Hey StackExchange I'm having trouble understating where to start with this problem, I'm supposed to prove something about double derivatives and the chain rule but I'm having trouble understanding exactly what I'm being asked and how to go about doing it.

If $y = f(u)$ and $u = g(x)$, where f and g are twice differentiable functions show that:

$$\frac{d^2y}{dx^2} = \frac{d^2y}{du^2}\left(\frac{du}{dx}\right)^2 + \frac{dy}{du}\left(\frac{d^2u}{dx^2}\right)$$

  • $\begingroup$ Start by taking the first derivative of $y$. $\endgroup$ – Code-Guru Jul 12 '14 at 21:23

Consider $\dfrac{\mathrm{d}y}{\mathrm{d}x}=\dfrac{\mathrm{d}f(u)}{\mathrm{d}u}\dfrac{\mathrm{d}u}{\mathrm{d}x}$. Take the second derivative (use the chain rule, product rule, and chain rule, respectively, in that order): $$\dfrac{\mathrm{d}^2y}{\mathrm{d}^2x}=\dfrac{\mathrm{d}}{\mathrm{d}x}\left(\dfrac{\mathrm{d}f(u)}{\mathrm{d}u}\dfrac{\mathrm{d}u}{\mathrm{d}x}\right)=\dfrac{\mathrm{d}f(u)}{\mathrm{d}u}\dfrac{\mathrm{d}^2u}{\mathrm{d}x^2}+\dfrac{\mathrm{d}^2f(u)}{\mathrm{d}u^2}\left(\dfrac{\mathrm{d}u}{\mathrm{d}x}\right)^2$$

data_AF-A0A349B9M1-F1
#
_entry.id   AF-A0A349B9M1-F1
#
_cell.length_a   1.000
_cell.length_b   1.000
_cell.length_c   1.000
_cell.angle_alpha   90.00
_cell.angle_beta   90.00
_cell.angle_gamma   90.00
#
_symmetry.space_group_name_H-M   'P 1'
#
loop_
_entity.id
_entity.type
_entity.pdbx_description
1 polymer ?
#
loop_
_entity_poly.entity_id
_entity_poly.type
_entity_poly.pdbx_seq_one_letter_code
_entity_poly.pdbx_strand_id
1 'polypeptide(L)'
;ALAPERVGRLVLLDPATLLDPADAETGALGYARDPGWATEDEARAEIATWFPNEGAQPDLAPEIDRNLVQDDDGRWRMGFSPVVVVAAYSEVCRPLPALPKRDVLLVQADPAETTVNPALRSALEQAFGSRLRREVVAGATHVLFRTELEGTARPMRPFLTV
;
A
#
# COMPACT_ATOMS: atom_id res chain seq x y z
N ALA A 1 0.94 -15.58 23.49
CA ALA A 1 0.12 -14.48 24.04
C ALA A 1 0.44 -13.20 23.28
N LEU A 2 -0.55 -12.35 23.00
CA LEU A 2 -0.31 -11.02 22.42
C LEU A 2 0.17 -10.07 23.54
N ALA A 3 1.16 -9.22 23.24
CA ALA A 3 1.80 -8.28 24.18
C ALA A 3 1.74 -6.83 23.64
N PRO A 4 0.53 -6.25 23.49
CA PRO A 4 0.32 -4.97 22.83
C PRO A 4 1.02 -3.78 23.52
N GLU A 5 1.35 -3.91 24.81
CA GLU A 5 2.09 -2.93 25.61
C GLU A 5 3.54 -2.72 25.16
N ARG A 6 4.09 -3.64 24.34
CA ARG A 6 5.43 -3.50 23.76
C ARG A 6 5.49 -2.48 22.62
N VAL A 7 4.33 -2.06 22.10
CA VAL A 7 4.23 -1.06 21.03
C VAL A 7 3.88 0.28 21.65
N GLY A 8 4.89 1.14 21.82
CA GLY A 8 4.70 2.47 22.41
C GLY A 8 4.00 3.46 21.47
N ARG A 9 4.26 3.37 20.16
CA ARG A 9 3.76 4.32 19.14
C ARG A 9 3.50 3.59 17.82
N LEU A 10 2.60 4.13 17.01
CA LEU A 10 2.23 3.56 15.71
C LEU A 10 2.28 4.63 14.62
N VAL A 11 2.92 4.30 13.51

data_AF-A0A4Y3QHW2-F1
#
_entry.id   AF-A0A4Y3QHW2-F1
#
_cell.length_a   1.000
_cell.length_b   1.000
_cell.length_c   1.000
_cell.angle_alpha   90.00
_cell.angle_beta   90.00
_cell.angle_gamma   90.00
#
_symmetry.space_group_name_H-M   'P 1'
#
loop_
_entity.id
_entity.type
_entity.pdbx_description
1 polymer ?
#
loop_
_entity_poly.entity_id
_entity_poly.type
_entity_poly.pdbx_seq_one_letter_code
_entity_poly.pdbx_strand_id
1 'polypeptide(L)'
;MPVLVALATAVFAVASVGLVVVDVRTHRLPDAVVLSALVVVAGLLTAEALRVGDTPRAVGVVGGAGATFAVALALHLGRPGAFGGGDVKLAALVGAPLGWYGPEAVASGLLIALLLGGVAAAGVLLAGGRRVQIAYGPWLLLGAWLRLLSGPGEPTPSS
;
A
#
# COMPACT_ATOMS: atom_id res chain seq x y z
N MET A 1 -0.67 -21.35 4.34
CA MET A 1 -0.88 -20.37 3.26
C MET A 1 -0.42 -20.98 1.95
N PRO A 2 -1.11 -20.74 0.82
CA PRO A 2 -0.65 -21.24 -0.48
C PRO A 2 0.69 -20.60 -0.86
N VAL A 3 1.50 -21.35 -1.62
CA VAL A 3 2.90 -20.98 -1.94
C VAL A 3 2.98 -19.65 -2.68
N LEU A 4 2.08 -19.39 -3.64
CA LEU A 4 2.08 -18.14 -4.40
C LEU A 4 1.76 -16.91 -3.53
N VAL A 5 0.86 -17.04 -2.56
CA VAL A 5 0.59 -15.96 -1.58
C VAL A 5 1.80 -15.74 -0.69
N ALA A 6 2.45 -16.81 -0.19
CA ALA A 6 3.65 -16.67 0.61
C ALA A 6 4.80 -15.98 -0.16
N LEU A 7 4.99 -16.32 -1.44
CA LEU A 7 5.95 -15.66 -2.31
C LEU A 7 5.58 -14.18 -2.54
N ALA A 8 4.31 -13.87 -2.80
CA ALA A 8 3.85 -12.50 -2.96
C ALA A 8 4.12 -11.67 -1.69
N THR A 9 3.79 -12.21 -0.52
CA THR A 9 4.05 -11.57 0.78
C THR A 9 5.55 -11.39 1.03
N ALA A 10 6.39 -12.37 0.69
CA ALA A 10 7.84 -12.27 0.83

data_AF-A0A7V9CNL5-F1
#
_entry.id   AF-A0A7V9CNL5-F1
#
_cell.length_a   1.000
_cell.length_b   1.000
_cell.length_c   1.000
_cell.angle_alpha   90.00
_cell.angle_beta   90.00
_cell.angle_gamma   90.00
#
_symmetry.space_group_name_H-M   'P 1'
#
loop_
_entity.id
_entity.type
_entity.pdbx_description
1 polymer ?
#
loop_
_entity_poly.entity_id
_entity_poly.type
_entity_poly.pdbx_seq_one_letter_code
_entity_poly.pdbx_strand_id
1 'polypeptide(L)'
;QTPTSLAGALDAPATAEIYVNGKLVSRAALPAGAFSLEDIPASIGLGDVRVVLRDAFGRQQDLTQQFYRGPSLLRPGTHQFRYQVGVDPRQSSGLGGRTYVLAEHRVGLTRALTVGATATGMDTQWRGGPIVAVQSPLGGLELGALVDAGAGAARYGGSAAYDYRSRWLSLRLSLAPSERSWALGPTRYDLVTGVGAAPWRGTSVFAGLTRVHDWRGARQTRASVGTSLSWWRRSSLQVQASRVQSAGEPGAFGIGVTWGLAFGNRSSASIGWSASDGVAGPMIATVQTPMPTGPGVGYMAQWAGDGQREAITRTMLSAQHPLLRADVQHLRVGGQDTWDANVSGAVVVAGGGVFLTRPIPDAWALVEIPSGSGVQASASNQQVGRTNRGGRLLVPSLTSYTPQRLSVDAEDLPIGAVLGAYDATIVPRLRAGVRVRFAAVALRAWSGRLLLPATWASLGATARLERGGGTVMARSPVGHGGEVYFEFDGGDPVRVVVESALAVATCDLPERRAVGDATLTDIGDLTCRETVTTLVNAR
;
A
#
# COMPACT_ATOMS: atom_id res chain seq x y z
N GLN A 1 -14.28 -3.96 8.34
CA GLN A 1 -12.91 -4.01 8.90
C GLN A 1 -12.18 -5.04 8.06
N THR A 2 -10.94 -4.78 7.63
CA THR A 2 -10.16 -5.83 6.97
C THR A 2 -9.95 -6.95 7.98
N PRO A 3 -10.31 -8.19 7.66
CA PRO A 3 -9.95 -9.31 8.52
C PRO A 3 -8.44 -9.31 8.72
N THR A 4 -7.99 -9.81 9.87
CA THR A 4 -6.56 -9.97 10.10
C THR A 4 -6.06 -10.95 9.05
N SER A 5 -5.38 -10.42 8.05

The first derivative $\frac{dy}{dx}$ can be calculated with the chain rule:

$$\frac{dy}{dx}= f'(u)\cdot u' = \frac {dy}{du} \cdot \frac{du}{dx}$$

Now you need to apply the product rule and chain rule to find the second derivative.


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